Andrea Vega couldn’t believe what she saw in the mirror. Staring back at her was a woman wearing a long-sleeved blue blouse, dress pants and chic ballerina flats—perfect for her new job as an insurance agent at a local firm.
The dressing room at Wings For Success’ Kennett Square “boutique” is a far cry from Walmart, where Vega worked as a greeter and later in the fitting room of the apparel department. The entry-level job didn’t bother Vega as much as the hours it required. She worked nights and overnight, and that cut into time with her 4-year-old son, who has autism and requires visits with occupational therapists and other experts. “There’s a lot of follow-up work that I could do at home with him at night,” she says.
Vega’s story is like those of many other Wings alumni. They work throughout the region in offices, healthcare, retail stores and other settings. Wings supplies everything from scrubs to khakis to dresses, all free of charge. “Many women are reentering the workforce or entering it for the first time, and they don’t know their real clothing size,” says Jill Laufenberg, executive director of Wings For Success.
Laufenberg joined the organization in 2017, almost 20 years after it was formed by a group of Chester County women. Inspired by an episode of The Oprah Winfrey Show and the Welfare to Work Initiative, Laurie Todd and her friends combed through their closets and donated gently worn items to women transitioning into the workforce. Located in West Chester at the time, the organization was incorporated in 1998, having already clothed 40 women through local social service agencies.
Vega heard that Wings For Success had opened a second location near her home in Kennett Square. At that boutique and its flagship location in Frazer, Wings provides free clothes, bras, shoes, jewelry, handbags and other accessories, most of it donated by local women. All undergarments are new, purchased at deep discounts. Wings’ clients receive complimentary one-hour sessions with trained, volunteer stylists who sort through Wings’ racks of clothes to find appropriate, well-fitting outfits.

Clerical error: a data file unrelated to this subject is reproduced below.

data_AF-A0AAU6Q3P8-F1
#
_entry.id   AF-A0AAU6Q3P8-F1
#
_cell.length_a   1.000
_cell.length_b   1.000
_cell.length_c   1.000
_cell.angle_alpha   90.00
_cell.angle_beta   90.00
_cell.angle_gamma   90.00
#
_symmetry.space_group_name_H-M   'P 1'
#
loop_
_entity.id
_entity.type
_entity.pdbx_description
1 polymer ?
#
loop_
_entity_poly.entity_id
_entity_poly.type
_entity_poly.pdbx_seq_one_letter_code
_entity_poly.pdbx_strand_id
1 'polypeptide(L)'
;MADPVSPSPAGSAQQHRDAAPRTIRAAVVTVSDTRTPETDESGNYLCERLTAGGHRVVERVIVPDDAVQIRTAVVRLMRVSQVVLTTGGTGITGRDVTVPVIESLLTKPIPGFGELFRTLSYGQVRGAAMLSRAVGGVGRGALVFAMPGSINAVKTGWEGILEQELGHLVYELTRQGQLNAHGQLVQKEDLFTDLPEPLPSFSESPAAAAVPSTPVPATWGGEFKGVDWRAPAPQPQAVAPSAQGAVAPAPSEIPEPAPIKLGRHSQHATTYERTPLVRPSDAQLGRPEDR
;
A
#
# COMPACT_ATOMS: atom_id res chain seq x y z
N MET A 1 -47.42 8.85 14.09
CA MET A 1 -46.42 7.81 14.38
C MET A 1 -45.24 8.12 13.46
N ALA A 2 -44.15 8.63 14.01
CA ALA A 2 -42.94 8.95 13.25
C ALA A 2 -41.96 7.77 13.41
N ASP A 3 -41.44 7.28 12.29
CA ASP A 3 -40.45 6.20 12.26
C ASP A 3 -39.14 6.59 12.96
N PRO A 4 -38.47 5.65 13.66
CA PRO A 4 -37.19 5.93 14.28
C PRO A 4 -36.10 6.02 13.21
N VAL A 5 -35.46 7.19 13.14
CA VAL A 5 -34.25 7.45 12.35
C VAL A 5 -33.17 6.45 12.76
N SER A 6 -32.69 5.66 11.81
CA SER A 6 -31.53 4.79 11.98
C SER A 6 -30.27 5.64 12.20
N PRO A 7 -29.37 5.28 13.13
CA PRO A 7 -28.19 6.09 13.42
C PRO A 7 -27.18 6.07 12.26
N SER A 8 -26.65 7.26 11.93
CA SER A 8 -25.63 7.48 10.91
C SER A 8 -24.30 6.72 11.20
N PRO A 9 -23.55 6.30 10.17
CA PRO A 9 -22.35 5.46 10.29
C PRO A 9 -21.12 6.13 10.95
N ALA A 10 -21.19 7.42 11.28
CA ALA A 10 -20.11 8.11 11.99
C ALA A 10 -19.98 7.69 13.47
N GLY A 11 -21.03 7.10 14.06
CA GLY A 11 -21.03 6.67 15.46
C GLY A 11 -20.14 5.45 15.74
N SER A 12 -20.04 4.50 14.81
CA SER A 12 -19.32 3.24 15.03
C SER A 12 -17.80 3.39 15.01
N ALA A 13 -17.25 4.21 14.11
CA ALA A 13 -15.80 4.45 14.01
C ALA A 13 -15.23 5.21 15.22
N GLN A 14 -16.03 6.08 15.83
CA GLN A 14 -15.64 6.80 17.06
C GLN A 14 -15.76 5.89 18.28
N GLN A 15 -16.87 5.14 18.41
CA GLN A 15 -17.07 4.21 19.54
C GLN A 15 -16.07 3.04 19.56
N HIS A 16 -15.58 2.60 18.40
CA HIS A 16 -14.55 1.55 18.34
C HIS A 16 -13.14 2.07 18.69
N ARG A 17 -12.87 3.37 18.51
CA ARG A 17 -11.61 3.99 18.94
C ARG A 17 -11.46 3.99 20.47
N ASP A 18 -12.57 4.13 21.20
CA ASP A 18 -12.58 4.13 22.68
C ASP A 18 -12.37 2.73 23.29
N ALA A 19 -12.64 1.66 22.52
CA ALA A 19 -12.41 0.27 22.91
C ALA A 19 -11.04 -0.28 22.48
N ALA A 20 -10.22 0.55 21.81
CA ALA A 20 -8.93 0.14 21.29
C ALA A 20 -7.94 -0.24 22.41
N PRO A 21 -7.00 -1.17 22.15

Like many of the women Wings serves, life had taken Vega on several detours. She didn’t graduate from college until she was 35—doing so with honors. A lover of languages, she grew up speaking English and Spanish. With help from library books and her Kennett Square neighbors, she taught herself Chinese, Greek, Italian and the Indian dialect Gujarti. “I’m definitely not fluent, but I can speak a little bit of each language,” she says.
Vega’s dream of working in international business took a lengthy hiatus when her son was born. “I spent years in my mom cocoon,” she recalls. “But when he started school, I knew it was time to find a job that’s better for my family.”
Vega passed her insurance exam with flying colors and easily landed her agency job. “It felt like a new start with great potential for me and my family,” she says.
But as her start date approached, Vega realized she needed work-appropriate clothes and didn’t yet have the money to pay for them. She filled out a Wings For Success application and got an appointment the same day. “What I saw [in the mirror] was about so much more than the clothes,” Vega says. “It was about the experiences that brought me to that point and the chapter of my life that I was about to start.”
Since its founding, Wings has served more than 12,000 women. The vast majority—74 percent—are from Chester County. The rest come from Delaware and Montgomery counties, Philadelphia and Wilmington, Del. “What draws them are the quality of the clothes and the quality of service,” Laufenberg says.
Some hear about Wings For Success through word of mouth; others are referred by more than 80 social service agencies. More and more of the women Wings For Success serves are millennials, a vast majority under 34. Laufenberg’s next challenge is finding suitable clothes for a younger client base. “Those women need clothes that are appropriate for their workplace—and their age,” she says. Laufenberg is working to build a “next gen” pool of donors. “If we can properly communicate how much our clients would appreciate the clothes, I know millennials will go into their closets and donate what they’re no longer wearing.”
Laufenberg is also facing challenges with funding sources, transportation for women without cars, and securing non-donated items. The good news is that Wings alumni often give back to the organization. Vega already offered two purses to Wings, and her new boss is doing the same. “When I confided to my boss that I’d gone to Wings For Success to get clothes for work, she said, ‘I did, too,’” says Vega.